Credits: Woks of Life
2016-10-16: Made this with boned pork shoulder because I couldn’t find any bone-in; and we omitted the hamhock because I couldn’t find any of that either. It still smells delicious. (And it takes two Dutch ovens.)
Credits: Woks of Life
Credits: Woks of Life
It makes A LOT of soup.
Defrost the dough and spinach (if using frozen). Preheat the oven to 190C. Grease the pie tin and line with dough. Chop the onion and garlic fine and fry in butter three minutes, and let cool.
Put the eggs in a large bowl, and mix together with cream, ricotta, and spinach. Salt and pepper to taste. Pour into tart form and bake in the middle of the oven for 35 minutes.
Credits: Aller Hande
Peal and finely chop the onions and carrots. Finely chop the celery and garlic. Peal and chop the potato into 2cm chunks. Rinse the lentils thoroughly.
Cook the chilli, onion, carrot, celery, and garlic in 1 T olive oil for about 6 min. Add the potato and cook a further 5 min. Add 600 ml water and bring to a simmer. Add bouillon, tomatoes, and lentils. Simmer for 20 min. or until the lentils are soft.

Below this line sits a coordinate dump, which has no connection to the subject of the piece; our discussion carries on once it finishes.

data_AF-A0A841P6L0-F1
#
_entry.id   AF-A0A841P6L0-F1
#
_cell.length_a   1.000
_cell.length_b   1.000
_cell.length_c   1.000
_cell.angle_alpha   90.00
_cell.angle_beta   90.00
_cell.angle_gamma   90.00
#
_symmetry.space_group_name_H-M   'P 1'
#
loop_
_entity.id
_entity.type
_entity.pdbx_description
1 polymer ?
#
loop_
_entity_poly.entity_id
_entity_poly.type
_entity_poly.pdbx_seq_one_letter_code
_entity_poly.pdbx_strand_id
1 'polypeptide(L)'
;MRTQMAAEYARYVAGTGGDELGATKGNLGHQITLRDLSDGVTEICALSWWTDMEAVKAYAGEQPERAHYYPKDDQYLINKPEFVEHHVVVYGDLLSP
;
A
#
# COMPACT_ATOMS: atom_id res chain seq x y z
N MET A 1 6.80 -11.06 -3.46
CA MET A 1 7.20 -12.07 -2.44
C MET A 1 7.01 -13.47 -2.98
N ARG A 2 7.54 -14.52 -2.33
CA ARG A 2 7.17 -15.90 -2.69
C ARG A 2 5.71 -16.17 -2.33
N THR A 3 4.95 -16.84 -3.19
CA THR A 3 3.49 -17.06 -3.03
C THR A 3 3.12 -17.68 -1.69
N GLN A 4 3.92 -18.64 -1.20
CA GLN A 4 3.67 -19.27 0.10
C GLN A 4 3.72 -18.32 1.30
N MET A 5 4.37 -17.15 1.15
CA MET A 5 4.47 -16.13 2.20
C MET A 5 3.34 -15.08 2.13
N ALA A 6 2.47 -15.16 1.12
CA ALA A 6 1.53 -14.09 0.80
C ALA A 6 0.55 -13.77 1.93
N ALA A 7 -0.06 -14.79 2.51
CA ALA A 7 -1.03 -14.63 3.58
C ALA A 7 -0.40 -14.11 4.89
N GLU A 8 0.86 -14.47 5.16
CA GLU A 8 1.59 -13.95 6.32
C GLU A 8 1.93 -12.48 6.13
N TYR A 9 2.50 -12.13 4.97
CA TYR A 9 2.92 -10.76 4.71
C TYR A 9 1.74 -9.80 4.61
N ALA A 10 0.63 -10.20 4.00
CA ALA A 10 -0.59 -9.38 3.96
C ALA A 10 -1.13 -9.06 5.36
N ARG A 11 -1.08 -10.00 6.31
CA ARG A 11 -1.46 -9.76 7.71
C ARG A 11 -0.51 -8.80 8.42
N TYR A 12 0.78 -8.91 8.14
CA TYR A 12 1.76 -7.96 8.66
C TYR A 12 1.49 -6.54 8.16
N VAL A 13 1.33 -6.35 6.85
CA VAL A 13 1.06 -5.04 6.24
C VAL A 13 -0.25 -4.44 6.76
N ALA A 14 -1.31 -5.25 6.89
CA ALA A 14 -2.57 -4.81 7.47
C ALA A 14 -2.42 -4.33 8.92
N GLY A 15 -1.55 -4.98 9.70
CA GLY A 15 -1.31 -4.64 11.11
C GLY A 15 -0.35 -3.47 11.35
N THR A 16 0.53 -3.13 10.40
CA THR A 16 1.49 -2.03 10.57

Meanwhile, cook the pancetta for 5 min. until crispy around the edges. Drain and set aside.
Serve soup garnished with coriander and pancetta.
Pick the coriander leaves and finely slice the stalks. Deseed the chili and finely slice. Cut the lime into wedges.
Finely slice the garlic and spring onions; peel and matchstick the ginger. Thinly slice the carrots at an angle, and cut the broccoli into small florets.
Cook the noodles in boiling water, then drain under cold water and set aside with a bit of oil.
Toast the cashews in a dry frying pan or wok until golden, then set aside.
Cut the chicken into small pieces, and fry 2-3 min. in 1 T oil until golden. Add the coriander stalks, garlic, and ginger, and stir fry 1 min. Add the spring onions, carrots, and broccoli and stir-fry another 2 minutes. Add the noodles, and continue frying until the noodles are warm and the chicken cooked.
Add the fish sauce and soy sauce, then remove from heat. Serve, garnished with cashews, chillis, coriander, and lime juice.
Credits: Jamie Oliver, HelloFresh
Rub the steak with Ras el Hanout on both sides and let sit at room temperature for at least half an hour.